Ai Weiwei on global resistance and the transformative power of art

The Chinese artist, recipient of the 2017 Adrienne Clarkson Prize for Global Citizenship, spoke with CBC's Eleanor Wachtel in 2016 about how everyone has a role to play in making positive change in the world.
Ai Weiwei poses for photographers with one of his pieces at his exhibition at the Royal Academy of Arts in London in September 2015. (Frank Augstein/Associated Press)

Chinese artist Ai Weiwei has been called "the most powerful artist in the world" and "a contemporary icon of resistance."

Ai Weiwei takes a selfie with Eleanor Wachtel in 2016.

He is in Toronto on Sept. 27, 2017 for the 6 Degrees Citizen Space conference, where he will receive the Adrienne Clarkson Prize for Global Citizenship by the Institute for Canadian Citizenship (ICC). It is the second year for the award, which recognizes individuals who have dedicated their work to promoting inclusion, tolerance and the idea of belonging. Last year's recipient was His Highness the Aga Khan.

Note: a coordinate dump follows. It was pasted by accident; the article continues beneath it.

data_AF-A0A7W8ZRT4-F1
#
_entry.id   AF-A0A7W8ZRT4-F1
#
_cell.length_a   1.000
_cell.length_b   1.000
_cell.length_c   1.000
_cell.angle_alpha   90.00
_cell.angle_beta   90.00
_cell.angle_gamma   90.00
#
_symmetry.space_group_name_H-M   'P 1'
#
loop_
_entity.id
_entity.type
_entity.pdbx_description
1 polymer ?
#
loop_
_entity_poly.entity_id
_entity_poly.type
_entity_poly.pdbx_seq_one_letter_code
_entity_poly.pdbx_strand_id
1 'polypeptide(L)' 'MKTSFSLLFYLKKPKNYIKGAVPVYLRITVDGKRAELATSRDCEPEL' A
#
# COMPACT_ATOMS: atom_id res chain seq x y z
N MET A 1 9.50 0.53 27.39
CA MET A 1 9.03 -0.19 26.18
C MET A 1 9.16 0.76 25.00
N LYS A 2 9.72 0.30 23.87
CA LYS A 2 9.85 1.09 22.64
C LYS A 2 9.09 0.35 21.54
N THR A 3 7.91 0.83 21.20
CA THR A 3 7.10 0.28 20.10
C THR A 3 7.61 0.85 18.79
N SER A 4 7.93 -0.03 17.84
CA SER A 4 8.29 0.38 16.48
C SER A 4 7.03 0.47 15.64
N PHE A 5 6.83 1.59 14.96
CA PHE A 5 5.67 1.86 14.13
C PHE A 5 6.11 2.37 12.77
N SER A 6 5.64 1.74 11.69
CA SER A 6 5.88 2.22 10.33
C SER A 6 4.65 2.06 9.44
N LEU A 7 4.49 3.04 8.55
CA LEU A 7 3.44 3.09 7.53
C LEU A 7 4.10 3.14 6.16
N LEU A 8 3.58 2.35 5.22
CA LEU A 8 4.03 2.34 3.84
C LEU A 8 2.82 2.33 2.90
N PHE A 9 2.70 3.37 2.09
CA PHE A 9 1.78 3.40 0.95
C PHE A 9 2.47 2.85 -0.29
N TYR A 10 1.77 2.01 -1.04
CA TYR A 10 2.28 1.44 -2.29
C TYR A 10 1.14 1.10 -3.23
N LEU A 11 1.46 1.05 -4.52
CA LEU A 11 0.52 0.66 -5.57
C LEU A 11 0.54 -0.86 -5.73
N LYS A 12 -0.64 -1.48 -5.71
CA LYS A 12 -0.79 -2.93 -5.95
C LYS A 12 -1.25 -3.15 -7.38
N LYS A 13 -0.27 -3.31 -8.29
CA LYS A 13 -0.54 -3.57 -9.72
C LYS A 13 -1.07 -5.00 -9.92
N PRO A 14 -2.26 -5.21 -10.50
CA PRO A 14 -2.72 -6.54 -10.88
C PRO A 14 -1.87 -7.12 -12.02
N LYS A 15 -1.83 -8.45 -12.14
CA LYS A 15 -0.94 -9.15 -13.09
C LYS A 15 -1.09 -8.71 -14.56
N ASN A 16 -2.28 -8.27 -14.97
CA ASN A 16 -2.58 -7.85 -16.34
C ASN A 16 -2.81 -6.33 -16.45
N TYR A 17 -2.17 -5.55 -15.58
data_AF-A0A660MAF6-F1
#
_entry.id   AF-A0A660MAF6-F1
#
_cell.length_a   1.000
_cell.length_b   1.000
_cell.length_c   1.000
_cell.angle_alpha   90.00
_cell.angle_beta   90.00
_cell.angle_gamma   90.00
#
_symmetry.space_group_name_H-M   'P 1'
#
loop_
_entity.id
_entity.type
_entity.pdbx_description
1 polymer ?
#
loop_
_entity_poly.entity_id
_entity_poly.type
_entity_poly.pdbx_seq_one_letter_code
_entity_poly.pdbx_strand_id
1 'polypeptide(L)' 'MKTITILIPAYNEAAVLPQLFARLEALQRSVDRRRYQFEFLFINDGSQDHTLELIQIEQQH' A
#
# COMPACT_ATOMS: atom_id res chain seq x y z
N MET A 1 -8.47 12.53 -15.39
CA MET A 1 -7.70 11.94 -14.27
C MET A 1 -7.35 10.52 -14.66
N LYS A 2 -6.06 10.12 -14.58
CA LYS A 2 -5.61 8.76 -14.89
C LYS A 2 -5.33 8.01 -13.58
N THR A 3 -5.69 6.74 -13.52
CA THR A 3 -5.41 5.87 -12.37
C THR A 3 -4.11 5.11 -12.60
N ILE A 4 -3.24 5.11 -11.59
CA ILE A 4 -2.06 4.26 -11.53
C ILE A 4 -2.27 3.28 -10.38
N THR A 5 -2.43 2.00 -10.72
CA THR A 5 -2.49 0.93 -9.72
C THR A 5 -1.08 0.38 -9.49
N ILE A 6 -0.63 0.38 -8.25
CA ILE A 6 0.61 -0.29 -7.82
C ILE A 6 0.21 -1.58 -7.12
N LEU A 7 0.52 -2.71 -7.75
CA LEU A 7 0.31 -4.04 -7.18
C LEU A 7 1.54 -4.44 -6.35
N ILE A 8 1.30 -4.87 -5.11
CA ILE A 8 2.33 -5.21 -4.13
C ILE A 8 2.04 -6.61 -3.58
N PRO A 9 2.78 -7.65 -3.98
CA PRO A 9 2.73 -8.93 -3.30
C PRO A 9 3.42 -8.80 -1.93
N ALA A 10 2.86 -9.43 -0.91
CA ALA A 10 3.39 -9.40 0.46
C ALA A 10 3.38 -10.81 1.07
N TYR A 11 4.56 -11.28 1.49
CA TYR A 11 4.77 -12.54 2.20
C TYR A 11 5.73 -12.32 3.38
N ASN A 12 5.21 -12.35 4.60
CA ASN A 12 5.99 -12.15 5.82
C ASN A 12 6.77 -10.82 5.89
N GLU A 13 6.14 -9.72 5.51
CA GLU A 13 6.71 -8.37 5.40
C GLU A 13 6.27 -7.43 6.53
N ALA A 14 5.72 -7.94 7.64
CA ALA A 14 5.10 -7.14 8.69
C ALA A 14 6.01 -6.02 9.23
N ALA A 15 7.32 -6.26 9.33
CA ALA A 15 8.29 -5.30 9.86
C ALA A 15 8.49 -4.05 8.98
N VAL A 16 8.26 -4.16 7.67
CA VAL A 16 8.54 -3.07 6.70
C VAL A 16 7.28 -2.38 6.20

With a remarkable career characterized by daring and a deep empathy for ordinary lives, Ai has reached an almost unprecedented level of international fame for an artist. He is also a prominent critic of China's authoritarian regime. His art blends Chinese history and craft with hard politics and the formal language of contemporary art.

Ai spoke with Eleanor Wachtel in 2016 in an episode of Wachtel on the Arts about his beautiful and rebellious art — and about his fight for freedom and democracy in China.

"Art doesn't belong to a category. It's very hard to regulate. Art, as a philosophy, constantly asks questions and is subversive," said Ai to Wachtel.

"We're human. We all have a higher sense of... what art is about."